Parting is such sweet sorrow and other rants
1st June 2021
“Gilly Oh golly, how I love my lolly,
Down to the very last lick,
But when you are through with it, what can you do with it,
All you have left is the stick.
When you come to the end of a lollipop,
To the end, to the end, of a lollipop,
When you come to the end of a lollipop,
Plop goes your heart!”
Hitting the right note.
So, we come to the end of this particular lollipop. I am not sure how many hearts will go ‘plop’ but I certainly think I have nothing much left to lick.
Indeed, as we come to the end of this particular iteration of the pandemic I feel that continuing to blog ‘My Corona’ would be a bit like chewing the end of the lolly stick. While it is clearly far too early to say we are anywhere near the end of the covid crisis, any more blogging about it and my proverbial mouth would taste just like it had chewed the end of a particularly stale stick. No, in Ravenscourt Park my favourite Egyptian geese have grown up and are ready to leave the roost (if that’s what geese do), the tadpoles have seemingly disappeared from the nature reserve pond and when it is raining I can drink my coffee inside a café instead of sitting on a wet park bench. It’s time to move on.
And what a year!
In some 320,000 words in160 plus blogs over fourteen months I have described how I coped with each wave of Covid and the short periods between them. I have generally tried to put them in the context of my physical space: being confined in my flat during lock downs and contained within my West London locality at other times. From March to July I blogged nearly everyday with a daily readership of about 300 to 500. Major issues like BLM attracted about 1,000 hits. However, after the first lock down eased and people had more to do with their time, as did I, I reduced my output to one or two a week. Average readership also fell to some 250 a blog with double that for a more popular topic and I have been at that level ever since.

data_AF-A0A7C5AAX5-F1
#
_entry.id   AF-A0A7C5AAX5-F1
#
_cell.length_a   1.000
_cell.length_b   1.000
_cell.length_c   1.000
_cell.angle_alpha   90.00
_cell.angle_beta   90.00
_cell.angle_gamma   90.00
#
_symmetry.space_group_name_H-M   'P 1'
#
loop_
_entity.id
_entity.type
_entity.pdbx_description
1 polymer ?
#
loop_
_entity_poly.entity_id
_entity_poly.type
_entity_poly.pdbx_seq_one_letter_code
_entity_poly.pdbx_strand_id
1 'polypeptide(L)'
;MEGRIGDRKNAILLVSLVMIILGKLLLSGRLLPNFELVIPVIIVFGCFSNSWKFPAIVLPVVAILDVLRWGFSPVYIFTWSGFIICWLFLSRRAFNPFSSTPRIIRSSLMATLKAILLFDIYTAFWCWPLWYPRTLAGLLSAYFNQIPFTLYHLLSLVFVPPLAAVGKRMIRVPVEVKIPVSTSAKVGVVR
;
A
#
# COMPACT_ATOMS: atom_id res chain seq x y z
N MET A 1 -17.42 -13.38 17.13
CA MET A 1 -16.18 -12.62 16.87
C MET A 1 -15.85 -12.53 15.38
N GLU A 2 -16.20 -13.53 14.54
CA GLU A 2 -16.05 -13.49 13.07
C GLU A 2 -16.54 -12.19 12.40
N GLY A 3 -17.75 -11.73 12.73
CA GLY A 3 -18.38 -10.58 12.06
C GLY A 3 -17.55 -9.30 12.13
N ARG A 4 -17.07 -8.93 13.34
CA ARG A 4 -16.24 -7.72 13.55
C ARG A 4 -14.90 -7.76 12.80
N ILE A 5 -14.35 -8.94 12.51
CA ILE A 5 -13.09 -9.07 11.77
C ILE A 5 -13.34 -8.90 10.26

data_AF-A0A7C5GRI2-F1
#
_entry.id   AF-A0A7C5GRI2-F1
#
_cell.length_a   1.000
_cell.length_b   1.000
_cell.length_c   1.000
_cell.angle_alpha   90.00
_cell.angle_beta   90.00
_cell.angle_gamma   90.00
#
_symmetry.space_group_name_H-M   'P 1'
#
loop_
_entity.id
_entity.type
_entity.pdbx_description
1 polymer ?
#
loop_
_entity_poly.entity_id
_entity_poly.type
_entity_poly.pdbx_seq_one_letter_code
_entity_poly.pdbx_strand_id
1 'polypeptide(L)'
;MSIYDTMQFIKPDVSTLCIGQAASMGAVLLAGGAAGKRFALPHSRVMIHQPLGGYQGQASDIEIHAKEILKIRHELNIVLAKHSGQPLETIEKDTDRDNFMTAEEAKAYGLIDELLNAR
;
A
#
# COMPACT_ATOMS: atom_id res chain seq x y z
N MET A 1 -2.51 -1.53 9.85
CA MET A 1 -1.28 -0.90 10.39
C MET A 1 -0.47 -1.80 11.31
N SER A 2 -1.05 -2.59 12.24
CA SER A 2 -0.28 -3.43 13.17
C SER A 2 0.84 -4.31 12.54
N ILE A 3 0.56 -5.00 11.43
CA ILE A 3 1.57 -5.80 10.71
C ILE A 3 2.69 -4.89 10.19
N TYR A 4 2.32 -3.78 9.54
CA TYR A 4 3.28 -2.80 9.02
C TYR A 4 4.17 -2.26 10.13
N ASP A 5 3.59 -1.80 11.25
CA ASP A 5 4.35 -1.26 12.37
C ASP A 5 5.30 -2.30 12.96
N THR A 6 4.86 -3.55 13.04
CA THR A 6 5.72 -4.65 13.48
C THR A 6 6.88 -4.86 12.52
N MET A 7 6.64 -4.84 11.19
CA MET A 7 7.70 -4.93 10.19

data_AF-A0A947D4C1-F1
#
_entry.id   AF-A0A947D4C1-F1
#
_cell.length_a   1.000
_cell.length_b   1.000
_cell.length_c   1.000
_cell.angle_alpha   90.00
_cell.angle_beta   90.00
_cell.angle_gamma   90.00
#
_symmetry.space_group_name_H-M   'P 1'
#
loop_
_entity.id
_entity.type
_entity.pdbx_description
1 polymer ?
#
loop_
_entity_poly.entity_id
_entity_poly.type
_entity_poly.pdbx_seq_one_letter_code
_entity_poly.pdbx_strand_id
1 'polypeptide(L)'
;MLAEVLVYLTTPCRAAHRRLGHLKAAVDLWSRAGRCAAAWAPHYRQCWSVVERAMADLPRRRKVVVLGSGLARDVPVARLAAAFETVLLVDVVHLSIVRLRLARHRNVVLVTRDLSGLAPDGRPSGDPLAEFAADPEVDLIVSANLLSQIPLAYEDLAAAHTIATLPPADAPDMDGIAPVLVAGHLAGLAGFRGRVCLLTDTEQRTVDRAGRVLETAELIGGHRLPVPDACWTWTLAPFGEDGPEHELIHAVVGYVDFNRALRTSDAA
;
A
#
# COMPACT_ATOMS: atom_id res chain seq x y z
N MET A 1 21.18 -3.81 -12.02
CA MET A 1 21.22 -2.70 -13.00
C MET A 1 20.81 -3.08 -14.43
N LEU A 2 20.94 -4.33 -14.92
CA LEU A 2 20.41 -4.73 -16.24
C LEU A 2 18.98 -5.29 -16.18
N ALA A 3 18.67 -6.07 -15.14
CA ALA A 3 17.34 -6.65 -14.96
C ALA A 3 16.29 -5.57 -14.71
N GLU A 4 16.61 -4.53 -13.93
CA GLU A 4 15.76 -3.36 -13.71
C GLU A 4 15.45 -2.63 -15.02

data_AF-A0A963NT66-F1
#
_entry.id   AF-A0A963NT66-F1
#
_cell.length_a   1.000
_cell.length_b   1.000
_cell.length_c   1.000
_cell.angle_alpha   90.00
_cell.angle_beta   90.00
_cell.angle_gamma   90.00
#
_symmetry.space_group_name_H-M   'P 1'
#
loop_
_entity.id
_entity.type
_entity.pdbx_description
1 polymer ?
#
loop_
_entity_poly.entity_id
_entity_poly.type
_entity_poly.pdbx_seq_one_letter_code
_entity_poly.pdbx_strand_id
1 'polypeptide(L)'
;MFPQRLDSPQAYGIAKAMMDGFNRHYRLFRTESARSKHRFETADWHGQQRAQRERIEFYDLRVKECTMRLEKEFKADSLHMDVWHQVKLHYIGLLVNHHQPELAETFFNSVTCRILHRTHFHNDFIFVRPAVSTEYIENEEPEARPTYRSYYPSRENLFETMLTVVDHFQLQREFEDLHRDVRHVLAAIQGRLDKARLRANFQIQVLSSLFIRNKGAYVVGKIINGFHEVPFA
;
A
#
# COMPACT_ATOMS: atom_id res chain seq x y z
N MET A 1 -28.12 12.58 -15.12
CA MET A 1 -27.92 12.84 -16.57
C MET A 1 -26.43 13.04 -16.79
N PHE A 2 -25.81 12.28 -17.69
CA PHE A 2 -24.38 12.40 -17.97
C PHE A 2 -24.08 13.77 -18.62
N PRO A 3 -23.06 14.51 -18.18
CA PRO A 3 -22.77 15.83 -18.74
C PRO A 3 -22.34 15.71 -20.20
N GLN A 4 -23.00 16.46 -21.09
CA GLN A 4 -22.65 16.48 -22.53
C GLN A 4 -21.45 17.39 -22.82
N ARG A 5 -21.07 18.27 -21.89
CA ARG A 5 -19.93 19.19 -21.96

In the summer I was honoured to be asked by the excellent, local ‘news and views’ website Chiswick Calendar to be a guest blogger on their weekly newsletter. This meant I did stick to more local issues, though sometimes to The Calendar’s editor Bridget’s trepidation, I wandered into the political, both in a local and a broader sense. How could I not? During the period I have been blogging the world has seen the OrangeShitGibbon prized from his populist throne in the White House, my second home of Nigeria suffer judicial slaughter during the EndsSARS protests and the murder of George Floyd (amongst others) by American police sparking world-wide protests by Black Lives Matter and others. Here in the UK that helped catalyse the Colston Statue incident and stir the establishment media into the gammon inspired culture wars. I even attended and wrote about Chiswick’s own BLM demonstration. Meanwhile, the strawhairedspaffbymouthspaffbynaturemakeitallupaswegoalongbullingdoncontractdonorwatermelonsmilegoon’s government, dubiously incompetent at best, deeply elitist and corrupt at worse, has been mismanaging the UK’s response to the pandemic. At the same time, the perpetually looming and visible signs of a planet near breaking point: wild fires from Australia to California via the Amazon and South Africa, Caribbean island destroying hurricanes, Texas freezing storms and platitude spouting politicians bigging up their environmentalist qualifications while signing off climate destroying policies and programmes has been a constant televisual backdrop.